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Some recent questions:
Relationship advice: Dating older men (Also check out our video on the topic. See our video page)
My boyfriend and I attend the same University but during the summer we go our separate ways back home. It’s a 9 hour drive or 1.5 hour plane flight.
Although he admitted to me that he had been attracted to me the first time he saw me in class, it wasn’t until a few weeks before the year ended that we had a mutual friend set us up for a date. There was immediate chemistry and we fell head over heels, spending every day together for three weeks until we had to go home for summer.
After a few weeks of our long distance summer relationship we decided it’d be great if I went to visit him in July. And since my parents were totally cool with it, I bought the plane ticket and now had a date to look forward to all summer.
The whole time he was at the University for spring term he texted and called me every day. When he went home, it all stopped and I was lucky to get one a day. I got insecure and became angry at the sudden change and he said it was because he only had two months to spend with his parents and we’d have plenty of time during the fall and winter semester together—but his feelings hadn’t changed. He felt bad for making me feel insecure and pleaded for me to still come visit him.
He seems pretty busy all of a sudden. Should I call off this trip that’s supposed to happen in a few weeks? We miss each other but maybe giving each other summers will be more beneficial. How bad could two more months be?
Thanks for your question. You may have already gone on your trip—or not—since you wrote to us a month ago. But if not we think you should go. There’s no reason not to really. (If you already went, how was it? Please give us the update.)
We can see how you’d feel a bit insecure since your connection with him changed so dramatically after you both got home for the summer. Long distance relationships are tough because they require even more trust, fortitude, and commitment than “normal” relationships. Since you only had three weeks to really get to know each other, we can see how the two of you wouldn’t be prepared for the unenviable separation for three months.
In case you find yourself in the same position next summer, here are a few suggestions.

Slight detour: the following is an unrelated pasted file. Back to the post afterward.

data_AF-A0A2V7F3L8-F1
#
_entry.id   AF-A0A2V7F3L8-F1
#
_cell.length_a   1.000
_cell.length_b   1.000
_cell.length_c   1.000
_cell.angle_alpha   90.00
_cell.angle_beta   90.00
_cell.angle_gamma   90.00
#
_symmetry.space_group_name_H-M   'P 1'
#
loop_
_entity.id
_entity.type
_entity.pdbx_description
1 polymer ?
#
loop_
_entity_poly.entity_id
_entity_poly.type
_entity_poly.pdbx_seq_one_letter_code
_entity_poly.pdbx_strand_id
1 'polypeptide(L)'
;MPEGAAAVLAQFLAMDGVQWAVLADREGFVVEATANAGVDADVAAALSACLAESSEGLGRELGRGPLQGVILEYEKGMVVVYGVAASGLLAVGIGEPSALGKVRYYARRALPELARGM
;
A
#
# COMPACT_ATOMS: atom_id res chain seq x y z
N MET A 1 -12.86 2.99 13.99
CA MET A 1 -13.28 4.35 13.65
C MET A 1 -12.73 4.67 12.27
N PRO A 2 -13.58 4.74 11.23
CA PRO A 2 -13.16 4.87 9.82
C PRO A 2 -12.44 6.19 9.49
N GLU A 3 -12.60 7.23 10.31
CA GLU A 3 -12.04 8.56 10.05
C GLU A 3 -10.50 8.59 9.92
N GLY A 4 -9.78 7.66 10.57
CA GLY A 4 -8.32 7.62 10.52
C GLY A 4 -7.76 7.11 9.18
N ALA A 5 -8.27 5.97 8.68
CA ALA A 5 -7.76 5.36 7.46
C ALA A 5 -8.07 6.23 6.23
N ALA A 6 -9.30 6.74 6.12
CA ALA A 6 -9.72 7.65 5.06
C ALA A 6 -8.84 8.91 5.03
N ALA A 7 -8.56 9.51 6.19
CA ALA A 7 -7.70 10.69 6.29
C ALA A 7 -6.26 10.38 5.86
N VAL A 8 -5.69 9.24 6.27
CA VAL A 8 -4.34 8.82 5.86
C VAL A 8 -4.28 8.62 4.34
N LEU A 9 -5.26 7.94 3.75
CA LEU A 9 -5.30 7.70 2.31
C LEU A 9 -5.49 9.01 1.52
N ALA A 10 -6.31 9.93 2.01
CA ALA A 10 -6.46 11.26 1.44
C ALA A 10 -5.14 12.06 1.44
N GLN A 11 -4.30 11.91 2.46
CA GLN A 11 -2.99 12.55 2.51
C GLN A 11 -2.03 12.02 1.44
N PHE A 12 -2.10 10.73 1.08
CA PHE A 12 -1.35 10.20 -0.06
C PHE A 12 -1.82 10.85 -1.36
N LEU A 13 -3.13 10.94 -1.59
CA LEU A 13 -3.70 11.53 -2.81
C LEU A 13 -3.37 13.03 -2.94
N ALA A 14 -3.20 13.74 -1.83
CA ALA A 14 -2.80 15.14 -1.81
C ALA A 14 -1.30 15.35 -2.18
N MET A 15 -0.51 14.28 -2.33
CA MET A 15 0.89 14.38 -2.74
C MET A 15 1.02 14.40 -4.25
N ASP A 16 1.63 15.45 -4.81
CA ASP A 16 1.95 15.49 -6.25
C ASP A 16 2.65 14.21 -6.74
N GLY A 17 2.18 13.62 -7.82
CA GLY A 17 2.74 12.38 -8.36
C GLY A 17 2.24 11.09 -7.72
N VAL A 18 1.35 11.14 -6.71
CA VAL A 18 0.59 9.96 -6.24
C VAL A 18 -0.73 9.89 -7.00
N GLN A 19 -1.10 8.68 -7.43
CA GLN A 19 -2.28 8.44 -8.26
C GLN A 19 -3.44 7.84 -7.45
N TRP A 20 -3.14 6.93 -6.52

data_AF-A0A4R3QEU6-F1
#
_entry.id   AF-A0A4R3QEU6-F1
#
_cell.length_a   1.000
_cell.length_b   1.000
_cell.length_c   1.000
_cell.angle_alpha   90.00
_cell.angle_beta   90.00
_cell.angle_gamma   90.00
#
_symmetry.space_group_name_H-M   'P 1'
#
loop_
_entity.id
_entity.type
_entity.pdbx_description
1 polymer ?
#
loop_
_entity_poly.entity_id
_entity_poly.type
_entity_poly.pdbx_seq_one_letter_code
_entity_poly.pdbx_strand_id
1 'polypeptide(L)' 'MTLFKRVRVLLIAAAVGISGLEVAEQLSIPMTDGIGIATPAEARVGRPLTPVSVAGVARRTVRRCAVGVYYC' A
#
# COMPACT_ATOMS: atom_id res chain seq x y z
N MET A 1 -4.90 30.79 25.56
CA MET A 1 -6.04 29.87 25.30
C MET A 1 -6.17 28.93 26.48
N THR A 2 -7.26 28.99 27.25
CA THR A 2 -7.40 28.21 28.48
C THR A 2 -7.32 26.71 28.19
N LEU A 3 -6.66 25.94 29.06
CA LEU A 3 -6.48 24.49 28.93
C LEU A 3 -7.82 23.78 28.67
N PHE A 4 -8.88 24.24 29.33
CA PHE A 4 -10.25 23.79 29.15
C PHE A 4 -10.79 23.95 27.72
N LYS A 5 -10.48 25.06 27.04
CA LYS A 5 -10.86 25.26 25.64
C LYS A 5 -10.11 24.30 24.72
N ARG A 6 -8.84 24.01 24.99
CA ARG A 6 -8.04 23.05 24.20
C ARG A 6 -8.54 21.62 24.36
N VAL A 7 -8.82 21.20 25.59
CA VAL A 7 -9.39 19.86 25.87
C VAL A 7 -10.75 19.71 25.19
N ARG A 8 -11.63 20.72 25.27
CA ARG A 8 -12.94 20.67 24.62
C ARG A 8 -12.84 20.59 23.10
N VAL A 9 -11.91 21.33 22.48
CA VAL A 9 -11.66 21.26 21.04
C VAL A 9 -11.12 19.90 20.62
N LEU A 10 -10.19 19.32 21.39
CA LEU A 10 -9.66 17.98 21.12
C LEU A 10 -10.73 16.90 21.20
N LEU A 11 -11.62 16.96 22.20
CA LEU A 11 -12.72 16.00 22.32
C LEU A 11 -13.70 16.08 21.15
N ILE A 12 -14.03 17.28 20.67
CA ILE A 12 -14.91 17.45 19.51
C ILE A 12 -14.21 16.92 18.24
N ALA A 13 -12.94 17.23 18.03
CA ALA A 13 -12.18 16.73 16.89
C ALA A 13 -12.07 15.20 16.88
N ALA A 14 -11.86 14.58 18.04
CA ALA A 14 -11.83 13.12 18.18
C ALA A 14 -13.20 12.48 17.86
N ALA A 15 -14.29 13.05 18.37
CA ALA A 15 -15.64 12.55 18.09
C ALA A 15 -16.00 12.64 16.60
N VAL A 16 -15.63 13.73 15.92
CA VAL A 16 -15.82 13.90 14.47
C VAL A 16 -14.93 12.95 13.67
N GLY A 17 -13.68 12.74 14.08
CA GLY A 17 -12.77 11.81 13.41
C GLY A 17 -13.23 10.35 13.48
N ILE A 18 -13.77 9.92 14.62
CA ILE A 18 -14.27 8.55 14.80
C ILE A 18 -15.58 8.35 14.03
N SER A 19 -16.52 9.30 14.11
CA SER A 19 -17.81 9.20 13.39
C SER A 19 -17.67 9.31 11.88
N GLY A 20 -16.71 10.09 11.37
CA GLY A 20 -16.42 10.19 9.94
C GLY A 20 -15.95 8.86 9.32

It seems the two of you could benefit from a conversation before school ends next year, at which point you need to discuss how you’re going to conduct the relationship while the two of you are separated by distance. Both his viewpoint and your viewpoint seem reasonable and logical. He wants to spend more time with his family, and knows you’ll be seeing each other soon enough in the fall. You feel you want to keep the strong connection going over the summer by talking or texting often. The two of you need to find a common ground that works for both of you. A compromise. Maybe you agree upon a set number for the amount of times you’re going to talk each day? This might include text messages, phone calls, emails, and Facebook. Let’s say you decide to “talk” three times during each day. You could try it for a month and see how it goes, and then modify it if one of you feels it’s not working.
You also need to decide how many times you’ll visit each other over the summer. Once? Twice? None? (Please discuss cost of the flights as well. This may seem petty, but believe us, it doesn’t take much in this kind of situation.)
With any relationship, communication is the key to making it work over a long period of time. But a long distance relationship requires even more communication, because you can’t rely on seeing the person to keep the connection strong. And without being able to reassure one another face-to-face, often little things can be misinterpreted, and sometimes blown out of proportion. It’s all about talking, which is why many relationship can’t withstand the weight of long distance.
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